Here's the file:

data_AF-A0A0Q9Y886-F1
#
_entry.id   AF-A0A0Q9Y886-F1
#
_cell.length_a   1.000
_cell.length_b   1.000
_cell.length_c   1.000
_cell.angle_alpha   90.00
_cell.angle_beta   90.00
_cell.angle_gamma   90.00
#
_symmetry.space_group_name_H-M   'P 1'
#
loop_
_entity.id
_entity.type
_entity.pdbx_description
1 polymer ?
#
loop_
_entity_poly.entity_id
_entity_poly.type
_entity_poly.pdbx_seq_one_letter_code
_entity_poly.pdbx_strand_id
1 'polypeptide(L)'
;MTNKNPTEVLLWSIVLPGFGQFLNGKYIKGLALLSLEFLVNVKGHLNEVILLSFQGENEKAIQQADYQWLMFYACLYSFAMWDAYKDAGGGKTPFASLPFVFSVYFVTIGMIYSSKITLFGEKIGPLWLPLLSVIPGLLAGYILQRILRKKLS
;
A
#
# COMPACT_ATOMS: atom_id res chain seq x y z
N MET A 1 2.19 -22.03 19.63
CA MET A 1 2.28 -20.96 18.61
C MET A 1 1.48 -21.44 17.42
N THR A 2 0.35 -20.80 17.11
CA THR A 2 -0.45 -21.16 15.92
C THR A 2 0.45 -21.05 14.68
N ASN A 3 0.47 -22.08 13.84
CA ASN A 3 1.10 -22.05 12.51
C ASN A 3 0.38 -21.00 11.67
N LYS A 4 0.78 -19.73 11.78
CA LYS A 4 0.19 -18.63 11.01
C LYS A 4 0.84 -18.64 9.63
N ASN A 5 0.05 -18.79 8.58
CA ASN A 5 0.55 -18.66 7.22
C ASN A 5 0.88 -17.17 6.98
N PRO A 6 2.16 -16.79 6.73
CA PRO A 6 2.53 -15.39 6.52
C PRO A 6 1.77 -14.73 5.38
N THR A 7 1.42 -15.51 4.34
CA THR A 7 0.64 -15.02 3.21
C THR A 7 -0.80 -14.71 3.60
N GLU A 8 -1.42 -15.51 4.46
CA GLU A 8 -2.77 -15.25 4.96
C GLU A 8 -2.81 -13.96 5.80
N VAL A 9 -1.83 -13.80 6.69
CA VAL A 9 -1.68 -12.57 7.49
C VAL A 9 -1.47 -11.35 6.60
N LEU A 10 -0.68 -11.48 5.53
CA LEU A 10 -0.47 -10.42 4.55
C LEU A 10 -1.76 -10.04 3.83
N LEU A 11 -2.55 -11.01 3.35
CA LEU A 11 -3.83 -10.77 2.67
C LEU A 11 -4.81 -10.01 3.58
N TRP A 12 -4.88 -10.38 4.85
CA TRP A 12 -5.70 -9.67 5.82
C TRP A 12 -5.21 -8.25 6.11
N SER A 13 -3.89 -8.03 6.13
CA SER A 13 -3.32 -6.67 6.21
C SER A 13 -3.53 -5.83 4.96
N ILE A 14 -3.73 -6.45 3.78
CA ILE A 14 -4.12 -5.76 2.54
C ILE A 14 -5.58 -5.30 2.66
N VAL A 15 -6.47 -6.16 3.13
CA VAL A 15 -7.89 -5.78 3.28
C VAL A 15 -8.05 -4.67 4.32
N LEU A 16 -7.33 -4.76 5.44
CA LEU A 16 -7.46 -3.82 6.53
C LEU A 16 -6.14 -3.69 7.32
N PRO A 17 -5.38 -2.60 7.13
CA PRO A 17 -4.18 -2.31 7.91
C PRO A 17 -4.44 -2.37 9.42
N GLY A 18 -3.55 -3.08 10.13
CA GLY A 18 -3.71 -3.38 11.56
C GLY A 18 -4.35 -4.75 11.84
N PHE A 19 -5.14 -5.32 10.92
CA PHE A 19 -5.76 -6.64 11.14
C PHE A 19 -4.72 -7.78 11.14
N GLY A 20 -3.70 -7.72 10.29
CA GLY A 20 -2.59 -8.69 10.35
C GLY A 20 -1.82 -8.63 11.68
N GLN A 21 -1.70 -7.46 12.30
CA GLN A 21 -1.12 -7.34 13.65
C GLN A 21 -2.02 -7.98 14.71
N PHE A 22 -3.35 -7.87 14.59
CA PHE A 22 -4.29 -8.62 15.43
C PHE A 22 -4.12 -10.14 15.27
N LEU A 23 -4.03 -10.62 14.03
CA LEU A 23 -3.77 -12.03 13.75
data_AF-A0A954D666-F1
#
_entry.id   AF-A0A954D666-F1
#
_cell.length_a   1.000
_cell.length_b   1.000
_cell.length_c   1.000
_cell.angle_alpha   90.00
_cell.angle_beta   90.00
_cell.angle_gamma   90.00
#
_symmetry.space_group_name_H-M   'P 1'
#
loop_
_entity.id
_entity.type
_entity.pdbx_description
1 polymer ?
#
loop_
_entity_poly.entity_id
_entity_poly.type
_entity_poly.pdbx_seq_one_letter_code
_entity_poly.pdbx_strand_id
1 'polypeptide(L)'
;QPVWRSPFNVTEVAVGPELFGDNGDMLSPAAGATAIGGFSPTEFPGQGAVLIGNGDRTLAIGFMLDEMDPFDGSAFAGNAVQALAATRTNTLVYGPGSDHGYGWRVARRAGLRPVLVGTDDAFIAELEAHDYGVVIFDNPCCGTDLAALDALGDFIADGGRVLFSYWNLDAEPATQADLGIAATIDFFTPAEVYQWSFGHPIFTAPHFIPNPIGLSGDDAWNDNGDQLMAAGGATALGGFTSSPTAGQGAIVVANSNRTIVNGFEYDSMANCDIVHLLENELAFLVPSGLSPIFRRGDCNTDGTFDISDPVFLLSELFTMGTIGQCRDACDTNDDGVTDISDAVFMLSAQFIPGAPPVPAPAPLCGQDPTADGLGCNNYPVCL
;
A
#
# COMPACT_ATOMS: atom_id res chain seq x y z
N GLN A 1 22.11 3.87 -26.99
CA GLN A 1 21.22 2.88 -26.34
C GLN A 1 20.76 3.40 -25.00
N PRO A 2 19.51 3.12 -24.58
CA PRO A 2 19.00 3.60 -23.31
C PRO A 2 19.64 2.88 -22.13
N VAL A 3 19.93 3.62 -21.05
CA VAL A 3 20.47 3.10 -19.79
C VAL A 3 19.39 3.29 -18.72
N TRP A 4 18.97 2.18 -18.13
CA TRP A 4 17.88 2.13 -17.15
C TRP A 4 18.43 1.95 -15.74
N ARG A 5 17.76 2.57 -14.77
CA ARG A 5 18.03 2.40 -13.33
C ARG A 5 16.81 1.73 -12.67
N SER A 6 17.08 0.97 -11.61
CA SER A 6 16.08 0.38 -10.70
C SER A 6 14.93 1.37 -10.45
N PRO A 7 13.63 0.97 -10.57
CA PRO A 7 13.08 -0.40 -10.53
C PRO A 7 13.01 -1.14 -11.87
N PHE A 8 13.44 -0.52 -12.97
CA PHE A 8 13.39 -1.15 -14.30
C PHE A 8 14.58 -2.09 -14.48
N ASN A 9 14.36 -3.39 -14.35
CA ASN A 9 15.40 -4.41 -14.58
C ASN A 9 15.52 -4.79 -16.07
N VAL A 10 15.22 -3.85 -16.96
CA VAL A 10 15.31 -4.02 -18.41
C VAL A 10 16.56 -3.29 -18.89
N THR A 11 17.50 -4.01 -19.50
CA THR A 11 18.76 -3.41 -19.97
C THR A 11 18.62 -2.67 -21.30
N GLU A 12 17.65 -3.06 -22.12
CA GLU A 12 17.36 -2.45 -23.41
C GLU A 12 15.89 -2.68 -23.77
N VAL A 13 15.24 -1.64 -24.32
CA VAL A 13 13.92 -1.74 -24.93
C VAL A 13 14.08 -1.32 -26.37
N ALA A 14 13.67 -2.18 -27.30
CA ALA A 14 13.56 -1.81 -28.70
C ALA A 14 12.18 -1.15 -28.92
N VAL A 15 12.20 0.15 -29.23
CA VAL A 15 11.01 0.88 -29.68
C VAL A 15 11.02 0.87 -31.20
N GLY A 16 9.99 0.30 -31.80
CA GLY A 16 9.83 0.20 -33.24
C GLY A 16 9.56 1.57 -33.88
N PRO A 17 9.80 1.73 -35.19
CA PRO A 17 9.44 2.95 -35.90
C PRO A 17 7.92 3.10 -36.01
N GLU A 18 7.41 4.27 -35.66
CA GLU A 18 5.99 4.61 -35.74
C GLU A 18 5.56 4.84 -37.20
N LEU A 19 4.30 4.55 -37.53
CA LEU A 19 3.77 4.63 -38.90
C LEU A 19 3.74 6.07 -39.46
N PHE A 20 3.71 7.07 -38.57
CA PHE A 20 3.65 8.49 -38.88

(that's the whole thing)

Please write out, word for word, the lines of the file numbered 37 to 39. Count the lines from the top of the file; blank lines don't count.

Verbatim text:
N ASN A 3 0.47 -22.08 13.84
CA ASN A 3 1.10 -22.05 12.51
C ASN A 3 0.38 -21.00 11.67